Sentence structure
Download
1 / 46

Sentence Structure - PowerPoint PPT Presentation


  • 125 Views
  • Updated On :

Sentence Structure. Sentence Types. Sentence Structure. Sentence Types. Sentence Types. Simple Compound Complex. Basic Elements of Every Sentence. SUBJECT. PREDICATE. Basic Elements. SUBJECT. PREDICATE. Mary. plays tennis . SIMPLE SENTENCE. PREDICATE. SUBJECT. plays tennis.

loader
I am the owner, or an agent authorized to act on behalf of the owner, of the copyrighted work described.
capcha
Download Presentation

PowerPoint Slideshow about 'Sentence Structure' - bao


An Image/Link below is provided (as is) to download presentation

Download Policy: Content on the Website is provided to you AS IS for your information and personal use and may not be sold / licensed / shared on other websites without getting consent from its author.While downloading, if for some reason you are not able to download a presentation, the publisher may have deleted the file from their server.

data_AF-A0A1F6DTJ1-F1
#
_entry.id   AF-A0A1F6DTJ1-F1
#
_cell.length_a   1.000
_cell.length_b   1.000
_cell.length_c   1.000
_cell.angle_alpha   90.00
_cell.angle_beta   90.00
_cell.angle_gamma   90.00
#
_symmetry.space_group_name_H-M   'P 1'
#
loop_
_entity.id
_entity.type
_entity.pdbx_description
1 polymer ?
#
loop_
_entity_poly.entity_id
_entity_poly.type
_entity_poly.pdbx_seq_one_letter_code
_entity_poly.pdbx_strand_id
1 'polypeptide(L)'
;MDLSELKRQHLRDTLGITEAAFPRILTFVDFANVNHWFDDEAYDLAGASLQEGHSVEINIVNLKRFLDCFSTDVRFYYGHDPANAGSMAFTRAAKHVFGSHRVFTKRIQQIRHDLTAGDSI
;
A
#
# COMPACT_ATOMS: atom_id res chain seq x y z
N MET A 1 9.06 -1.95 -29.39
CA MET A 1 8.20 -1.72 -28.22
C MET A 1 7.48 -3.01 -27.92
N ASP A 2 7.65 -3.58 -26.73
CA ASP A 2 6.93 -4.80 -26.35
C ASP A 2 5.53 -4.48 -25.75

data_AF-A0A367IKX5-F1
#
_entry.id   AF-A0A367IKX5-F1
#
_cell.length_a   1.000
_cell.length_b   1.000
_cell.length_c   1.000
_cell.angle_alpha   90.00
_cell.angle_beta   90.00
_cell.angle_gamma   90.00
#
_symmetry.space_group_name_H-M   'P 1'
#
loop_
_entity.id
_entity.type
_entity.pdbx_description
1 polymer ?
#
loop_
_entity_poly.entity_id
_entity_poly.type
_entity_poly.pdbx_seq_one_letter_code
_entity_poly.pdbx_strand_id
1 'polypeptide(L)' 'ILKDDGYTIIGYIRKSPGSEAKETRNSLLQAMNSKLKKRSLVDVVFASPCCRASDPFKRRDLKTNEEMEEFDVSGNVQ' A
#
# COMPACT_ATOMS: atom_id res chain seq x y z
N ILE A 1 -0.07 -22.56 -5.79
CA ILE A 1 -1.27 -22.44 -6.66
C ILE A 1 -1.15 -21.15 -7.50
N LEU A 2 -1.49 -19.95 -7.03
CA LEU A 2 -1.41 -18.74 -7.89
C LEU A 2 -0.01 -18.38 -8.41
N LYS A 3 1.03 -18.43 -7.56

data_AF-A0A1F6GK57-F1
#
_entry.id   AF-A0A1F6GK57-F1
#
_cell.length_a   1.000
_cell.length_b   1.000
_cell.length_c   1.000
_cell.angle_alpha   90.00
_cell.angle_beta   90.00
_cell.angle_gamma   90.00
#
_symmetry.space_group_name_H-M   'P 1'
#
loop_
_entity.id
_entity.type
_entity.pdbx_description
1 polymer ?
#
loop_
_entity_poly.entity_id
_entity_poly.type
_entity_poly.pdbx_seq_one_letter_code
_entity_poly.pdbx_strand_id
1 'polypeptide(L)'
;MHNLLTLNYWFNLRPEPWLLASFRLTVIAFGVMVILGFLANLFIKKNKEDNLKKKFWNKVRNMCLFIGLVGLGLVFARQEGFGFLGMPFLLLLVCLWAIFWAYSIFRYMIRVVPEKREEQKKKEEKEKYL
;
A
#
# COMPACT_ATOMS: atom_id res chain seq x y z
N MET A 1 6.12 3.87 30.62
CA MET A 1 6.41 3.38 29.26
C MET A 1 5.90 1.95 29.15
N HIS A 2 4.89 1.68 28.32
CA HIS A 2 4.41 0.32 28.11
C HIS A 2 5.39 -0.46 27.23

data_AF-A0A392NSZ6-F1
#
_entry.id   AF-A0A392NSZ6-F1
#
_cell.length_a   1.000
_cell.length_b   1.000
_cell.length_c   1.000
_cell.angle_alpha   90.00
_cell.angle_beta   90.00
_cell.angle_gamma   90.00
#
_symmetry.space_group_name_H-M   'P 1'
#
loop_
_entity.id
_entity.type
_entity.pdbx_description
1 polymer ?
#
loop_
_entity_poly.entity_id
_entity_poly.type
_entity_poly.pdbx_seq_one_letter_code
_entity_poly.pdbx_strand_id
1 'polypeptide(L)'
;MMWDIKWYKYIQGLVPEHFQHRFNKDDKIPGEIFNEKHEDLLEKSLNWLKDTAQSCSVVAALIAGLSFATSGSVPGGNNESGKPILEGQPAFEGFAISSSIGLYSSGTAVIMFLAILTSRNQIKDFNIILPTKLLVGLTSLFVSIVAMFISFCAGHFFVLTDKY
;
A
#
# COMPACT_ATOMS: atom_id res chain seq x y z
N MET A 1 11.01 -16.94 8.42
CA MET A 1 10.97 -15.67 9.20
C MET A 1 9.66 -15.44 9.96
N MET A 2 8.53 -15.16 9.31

- - - - - - - - - - - - - - - - - - - - - - - - - - E N D - - - - - - - - - - - - - - - - - - - - - - - - - -
Presentation Transcript
Sentence structure

Sentence Structure

Sentence Types


Sentence structure1

Sentence Structure

Sentence Types


Sentence types
Sentence Types

  • Simple

  • Compound

  • Complex


Basic elements of every sentence
Basic Elementsof Every Sentence

SUBJECT

PREDICATE


Basic elements
Basic Elements

SUBJECT

PREDICATE

Mary

playstennis.


Simple sentence
SIMPLE SENTENCE

PREDICATE

SUBJECT

plays tennis.

Mary

one subject one predicate


Simple sentence1